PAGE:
HOW TO MAKE YOUR HOUSE TRULY YOUR OWN
13 April - 7May 2011
How To Make Your House Truly Your Own sees Julie Monro-Allison exploring the codification of art, production and process through the locus of textiles. The project considers the erasure of the individual and creative identity through repetitive process – utilising the familiar of textile production to disseminate craft technique and media as well as the function of pattern and prototype through installation.
HOW TO MAKE YOUR OWN TRULY YOUR OWN
In the list of rules for this gallery there’s a bit that reads something along the lines of: If it’s not art then it shouldn’t be on the wall.
Well, is pattern making art? Surely if it is stretched across a canvass stretcher then it has a claim on art. What about if it’s on the wall of a mosque? If it’s made by a woman to decorate her home? If it is merely the expression of a culture and any accompanying beliefs and aesthetics, and not the thumbprint artistic vision of an individual? If it lacks irony, figuration, concept, abstraction? If it isn’t authorial? These are the questions I would like to bring up in response to the textiles Julie Monro-Allison has produced for this exhibition. It’s easier to ask these questions than to answer them. After all, these textiles are far from didactic; they are primarily aesthetic, utilising pattern, disruption of pattern, colour, texture (including tactile texture), line, and reference to other pattern based work. Theories about order and spirituality and absence of iconography, as in some Islamic art, or about gender, race, and the distinction between high art and commonplace decoration as in much other contemporary art, might be far removed from the brute experience of these textiles.
Julie is however playing on this distinction and hence touching on these theories simply by hanging these works in an art gallery. She is asking that they be looked at just as some canvass stretched across a stretcher and covered with pigmented medium is looked at, while retaining the baser qualities of something that we might touch, or wear, or spread on our bed. These qualities are not to be underestimated! They are perhaps the finer things in life: the domestic, the soft warm and comfortable things, maybe sometimes the sensual or sexual. Who says these things don’t belong in art?
Tracey Emin’s bed is a fine example of a tactile personal comfort zone thrust into the cold public context. However Emin’s bed aligns itself strongly with the trajectory of Great Western Art, being, in addition to soft and comfortable, gross, disheveled and rock-star like, setting itself up as an individualistic concept typical of Young British Artists, and not as an expression of generic cultural pattern making, order, comfort and aesthetics.
The 1970s US Pattern and Decoration (P&D) movement in part sought to emphasise this distinction, highlighting the importance of human enjoyment of artistic practice (like P&D) that may not have been so important for Great White Artists. World-wide, these artistic practices were and maybe still are strongly associated with women, artisans, and non-western art, and certainly not individuals. In addition to this, on the pallate for any contemporary artist we see continuums and interconnected types of visual stimulation emerging: conceptual, figurative, geometric, abstract, iconic, motif. All art will engage with some combination of these, and P&D creates tension because although at a glance it is simply aesthetically pleasing shapes, at another glance it refers to a world of undervalued practices.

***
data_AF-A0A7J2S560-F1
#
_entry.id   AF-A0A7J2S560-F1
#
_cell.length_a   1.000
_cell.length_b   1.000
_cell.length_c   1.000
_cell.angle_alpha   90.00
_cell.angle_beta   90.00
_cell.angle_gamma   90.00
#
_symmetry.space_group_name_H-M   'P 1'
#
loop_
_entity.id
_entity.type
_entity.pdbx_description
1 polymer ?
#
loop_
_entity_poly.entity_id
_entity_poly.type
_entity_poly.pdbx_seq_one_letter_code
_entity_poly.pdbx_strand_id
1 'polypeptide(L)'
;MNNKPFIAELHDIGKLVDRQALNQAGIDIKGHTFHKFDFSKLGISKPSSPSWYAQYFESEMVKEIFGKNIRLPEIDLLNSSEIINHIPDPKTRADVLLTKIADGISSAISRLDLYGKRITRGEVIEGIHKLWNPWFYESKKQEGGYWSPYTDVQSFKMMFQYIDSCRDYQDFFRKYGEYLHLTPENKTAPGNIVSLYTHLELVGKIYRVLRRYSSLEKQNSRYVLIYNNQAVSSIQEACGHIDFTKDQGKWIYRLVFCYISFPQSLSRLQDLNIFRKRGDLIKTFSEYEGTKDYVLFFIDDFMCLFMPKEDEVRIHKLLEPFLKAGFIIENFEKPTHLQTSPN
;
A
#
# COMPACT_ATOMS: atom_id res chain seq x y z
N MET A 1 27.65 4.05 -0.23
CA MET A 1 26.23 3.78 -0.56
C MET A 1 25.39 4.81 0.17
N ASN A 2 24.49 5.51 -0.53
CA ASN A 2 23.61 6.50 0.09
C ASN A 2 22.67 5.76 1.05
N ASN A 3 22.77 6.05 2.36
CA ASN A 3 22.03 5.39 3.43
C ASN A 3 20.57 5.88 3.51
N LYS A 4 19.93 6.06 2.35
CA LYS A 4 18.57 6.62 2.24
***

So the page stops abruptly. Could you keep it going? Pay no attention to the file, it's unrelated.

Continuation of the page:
If the individual pattern maker and decorator (say, textile artist) has been under constant erasure throughout history, because of race, class, gender, cultural norms or geography, then perhaps this is apt. Geometry and pattern can be a window into the divine, to order, oblivion and the universe. A circle can be divided along its circumference infinitely and infinite geometric shapes can be drawn from these points; inversely spheres of any size can be constructed from any recurring shape of any size. (Do any of these concepts- ideological, referential, historical, philosophical, spiritual- have much to do with what you see before you?)
Of course, use of pattern and geometry have been staples of western art to varying degrees since well before Julie’s time, though not as foregrounded elements. And now in Julie’s time it is not hard to look around and see many artists who may be her age and may even be her colleagues using pattern, repetition, decoration reference, decoration, and so forth, as primary elements: bead patterns forming z shaped tribal worm-things, string pinned to gallery walls in various shapes and criss-crossings, found objects decorated with a repeated diamond mesh, pixelated figurative cartoons made from graph paper. I detect a certain amount of comfort these artists find in creating such objects, and I hope Julie finds comfort in creating her textiles.
One last thing I would like to mention is that Julie was looking at Gee’s Bend quilts as she was starting this project. Watching her try to emulate relaxed line making while using the sewing machine, I was reminded of Hundertwasser’s rant on the straight line: the bane and torture, literally the ruler of the artisan. It’s like a dichotomy: we need order to create patterns, but maybe we don’t feel that comfortable with order.
- Alister Price